Who Is to Blame?

We read it in the papers and hear it on the air
Of killing and stealing and crime everywhere.
We sigh and we say as we notice the trend;
“This young generation . . . where will it end?”

But can we be sure that it’s their fault alone?
Are we less guilty, who place in their way
Too many things that lead them astray?
Too much money, too much idle time;
Too many movies of passion and crime.
Too many books not fit to be read;
Too much evil in what they hear said.
Too many children encouraged to roam;
Too many parents who won’t stay home.

Kids don’t make the movies; they don’t write the books.
They don’t paint the pictures of gangsters and crooks.
They don’t make the liquor; they don’t run the bars;
They don’t change the laws and don’t make the cars.

They don’t make the drugs that muddle the brain;
That’s all done by older folks . . . eager for gain.
Delinquent teenagers, oh how we condemn
The sins of the nation and blame it on them.

Instead of placing blame, let’s fix the cause
And remember as we pause
That in so many cases—it’s sad but it’s true—
The title “delinquent” fits older folks too!  —Unknown

“Righteousness exalts a nation,
but sin is a reproach to any people” (Proverbs 14:34).


Against the World

Athanasius, early bishop of Alexandria, stoutly opposed the teachings of Arius, who declared that Christ was not the eternal Son of God but a subordinate being. Hounded through five exiles, he was finally summoned before Emperor Theodosius, who demanded he cease his opposition to Arius. The emperor reproved him and asked, “Do you not realize that all the world is against you?” Athanasius quickly answered, “Then I am against all the world.”


A Smile Helps

A motorist had a flat tire in front of an insane asylum. He took the wheel off, but when he stood up he tipped over the hubcap containing the bolts, spilling them all down a sewer drain.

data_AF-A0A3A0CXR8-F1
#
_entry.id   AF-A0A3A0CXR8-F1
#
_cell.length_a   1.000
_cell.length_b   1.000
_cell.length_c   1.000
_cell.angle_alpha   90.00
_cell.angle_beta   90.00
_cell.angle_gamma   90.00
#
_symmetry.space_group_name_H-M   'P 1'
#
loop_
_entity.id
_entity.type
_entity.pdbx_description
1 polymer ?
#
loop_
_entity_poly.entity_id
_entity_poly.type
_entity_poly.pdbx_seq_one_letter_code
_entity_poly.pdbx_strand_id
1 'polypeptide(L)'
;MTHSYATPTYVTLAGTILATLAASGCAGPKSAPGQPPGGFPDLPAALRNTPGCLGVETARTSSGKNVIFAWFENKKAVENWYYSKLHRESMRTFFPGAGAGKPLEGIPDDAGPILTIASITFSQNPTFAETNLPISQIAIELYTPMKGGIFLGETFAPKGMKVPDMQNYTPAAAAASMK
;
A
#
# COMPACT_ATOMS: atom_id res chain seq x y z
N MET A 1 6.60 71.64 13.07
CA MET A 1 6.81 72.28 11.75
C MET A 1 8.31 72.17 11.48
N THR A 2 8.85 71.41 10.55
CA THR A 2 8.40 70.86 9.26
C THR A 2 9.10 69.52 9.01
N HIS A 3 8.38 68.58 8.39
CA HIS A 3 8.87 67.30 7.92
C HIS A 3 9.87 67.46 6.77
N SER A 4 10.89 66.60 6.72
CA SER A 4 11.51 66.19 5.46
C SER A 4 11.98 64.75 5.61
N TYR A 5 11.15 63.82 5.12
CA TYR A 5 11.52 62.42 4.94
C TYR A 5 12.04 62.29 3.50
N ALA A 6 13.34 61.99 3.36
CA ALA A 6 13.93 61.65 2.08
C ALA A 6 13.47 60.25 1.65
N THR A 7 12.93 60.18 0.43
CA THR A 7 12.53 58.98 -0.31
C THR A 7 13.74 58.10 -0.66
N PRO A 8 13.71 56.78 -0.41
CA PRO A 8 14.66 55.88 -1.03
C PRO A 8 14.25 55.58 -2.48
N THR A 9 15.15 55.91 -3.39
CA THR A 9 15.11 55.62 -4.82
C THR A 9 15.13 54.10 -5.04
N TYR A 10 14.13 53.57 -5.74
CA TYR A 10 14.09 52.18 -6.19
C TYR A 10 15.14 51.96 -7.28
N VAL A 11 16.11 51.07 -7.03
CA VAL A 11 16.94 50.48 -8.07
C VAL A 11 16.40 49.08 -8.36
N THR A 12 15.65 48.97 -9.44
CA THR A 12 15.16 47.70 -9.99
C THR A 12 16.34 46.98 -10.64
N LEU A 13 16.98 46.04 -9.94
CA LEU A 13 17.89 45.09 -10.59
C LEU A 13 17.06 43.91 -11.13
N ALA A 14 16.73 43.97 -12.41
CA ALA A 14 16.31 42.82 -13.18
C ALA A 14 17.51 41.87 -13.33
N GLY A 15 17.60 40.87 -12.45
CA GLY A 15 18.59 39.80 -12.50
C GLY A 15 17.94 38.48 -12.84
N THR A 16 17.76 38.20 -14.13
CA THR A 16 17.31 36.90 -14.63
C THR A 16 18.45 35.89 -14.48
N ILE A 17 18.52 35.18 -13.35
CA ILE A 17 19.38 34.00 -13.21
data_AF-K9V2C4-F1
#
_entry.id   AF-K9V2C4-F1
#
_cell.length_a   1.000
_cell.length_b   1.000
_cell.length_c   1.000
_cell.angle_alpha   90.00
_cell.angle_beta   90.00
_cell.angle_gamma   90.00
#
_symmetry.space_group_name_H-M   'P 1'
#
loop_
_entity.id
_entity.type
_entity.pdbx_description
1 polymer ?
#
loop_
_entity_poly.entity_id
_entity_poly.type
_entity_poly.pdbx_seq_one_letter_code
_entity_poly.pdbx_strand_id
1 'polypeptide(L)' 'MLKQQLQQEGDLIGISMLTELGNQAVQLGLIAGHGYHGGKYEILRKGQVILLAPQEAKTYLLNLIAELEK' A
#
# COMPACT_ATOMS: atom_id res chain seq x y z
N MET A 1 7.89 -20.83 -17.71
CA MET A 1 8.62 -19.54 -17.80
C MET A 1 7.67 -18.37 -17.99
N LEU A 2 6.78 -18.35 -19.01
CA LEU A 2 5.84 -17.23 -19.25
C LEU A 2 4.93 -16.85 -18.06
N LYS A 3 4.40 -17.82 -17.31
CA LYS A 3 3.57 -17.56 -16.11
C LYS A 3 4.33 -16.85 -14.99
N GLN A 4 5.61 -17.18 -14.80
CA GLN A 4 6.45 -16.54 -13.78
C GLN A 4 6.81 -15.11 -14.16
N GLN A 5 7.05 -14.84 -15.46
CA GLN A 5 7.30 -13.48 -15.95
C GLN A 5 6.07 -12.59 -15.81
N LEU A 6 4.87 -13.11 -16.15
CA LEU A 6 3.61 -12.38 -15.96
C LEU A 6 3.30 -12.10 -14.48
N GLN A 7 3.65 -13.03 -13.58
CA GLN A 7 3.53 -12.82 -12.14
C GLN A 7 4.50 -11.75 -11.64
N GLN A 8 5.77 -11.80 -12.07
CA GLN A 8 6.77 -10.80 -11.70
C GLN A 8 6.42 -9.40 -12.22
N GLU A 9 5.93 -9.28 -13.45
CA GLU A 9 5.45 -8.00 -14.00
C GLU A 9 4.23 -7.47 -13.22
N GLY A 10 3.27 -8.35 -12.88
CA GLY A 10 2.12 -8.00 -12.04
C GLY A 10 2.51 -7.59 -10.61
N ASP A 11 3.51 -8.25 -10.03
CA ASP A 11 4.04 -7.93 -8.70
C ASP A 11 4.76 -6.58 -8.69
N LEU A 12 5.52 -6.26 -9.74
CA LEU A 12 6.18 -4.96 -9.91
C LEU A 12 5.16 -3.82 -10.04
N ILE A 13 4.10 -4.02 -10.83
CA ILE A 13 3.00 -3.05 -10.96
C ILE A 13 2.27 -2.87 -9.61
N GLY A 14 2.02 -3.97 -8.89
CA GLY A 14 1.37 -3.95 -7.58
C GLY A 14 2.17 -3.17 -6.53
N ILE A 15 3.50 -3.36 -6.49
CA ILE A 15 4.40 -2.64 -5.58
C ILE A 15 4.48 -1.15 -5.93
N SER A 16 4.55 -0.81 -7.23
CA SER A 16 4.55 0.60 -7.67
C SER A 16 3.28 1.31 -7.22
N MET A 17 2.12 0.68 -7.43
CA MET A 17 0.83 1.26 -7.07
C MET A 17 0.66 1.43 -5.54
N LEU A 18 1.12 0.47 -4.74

A patient, looking through the fence, suggested that the man take one bolt from each of the remaining three wheels to hold the fourth wheel in place until he could get to a service station.

The motorist thanked him profusely and said, “I don’t know why you are in that place.”

The patient said, “I’m in here for being crazy, not for being stupid.” —Unknown


Seeing God

Sometimes we see God when we choose to place the emphasis in the right place. These two sentences use the same letters:  “God is nowhere” or “God is now here.” Look for God today.


The Persimmon’s Secret

Do you remember the first time that someone talked you into tasting a persimmon? What was it like? Was it bitter? Did it make your mouth pucker? I remember tasting one while it was still green. I could not get it out of my mouth fast enough. But I have also eaten persimmons that were deliciously sweet. What makes the difference?

The persimmon must fully ripen before it is ready to eat. If picked early, it will never be a sweet fruit. 

You and I are like the persimmon. We must mature and we must face difficult experiences to mature. Many things happen that we do not understand. We may consider it a setback, a tragedy, or something else, but the result is the same: something has happened that we would just as soon not have happened.

We can respond in one of two ways: We can let it defeat us, or we can learn from our experience. The purpose of our experiences in life—both the good and the bad—is to help us mature. Paul said, “Not only that, but we also glory  in our tribulations, knowing that tribulation produces perseverance; and perseverance, character; and character, hope” (Romans 5:3–4).

James put it another way: “My brethren, count it all joy when you fall into various trials, knowing that the testing of your faith produces patience. But let patience have its perfect work, that you may be perfect and complete, lacking nothing” (James 1:2–4). Next time something happens to you that is difficult to handle, remember the persimmon, learn from it, and grow. —Kenneth Mills


It Is Not the Critic Who Counts

It is not the critic who counts; not the man who points out how the strong man stumbles or where the doer of deeds could have done them better. The credit belongs to the man who is actually in the arena, whose face is marred by dust and sweat and blood; who strives valiantly; who errs, and comes short again and again, because there is no effort without error and shortcoming; but who does actually try to do the deeds; who knows the great enthusiasms, the great devotions, who spends himself in a worthy cause; who at the best knows in the end the triumph of high achievement, and who at the worst, if he fails, at least fails while daring greatly, so that his place shall never be with those cold and timid souls who know neither victory nor defeat. —Teddy Roosevelt

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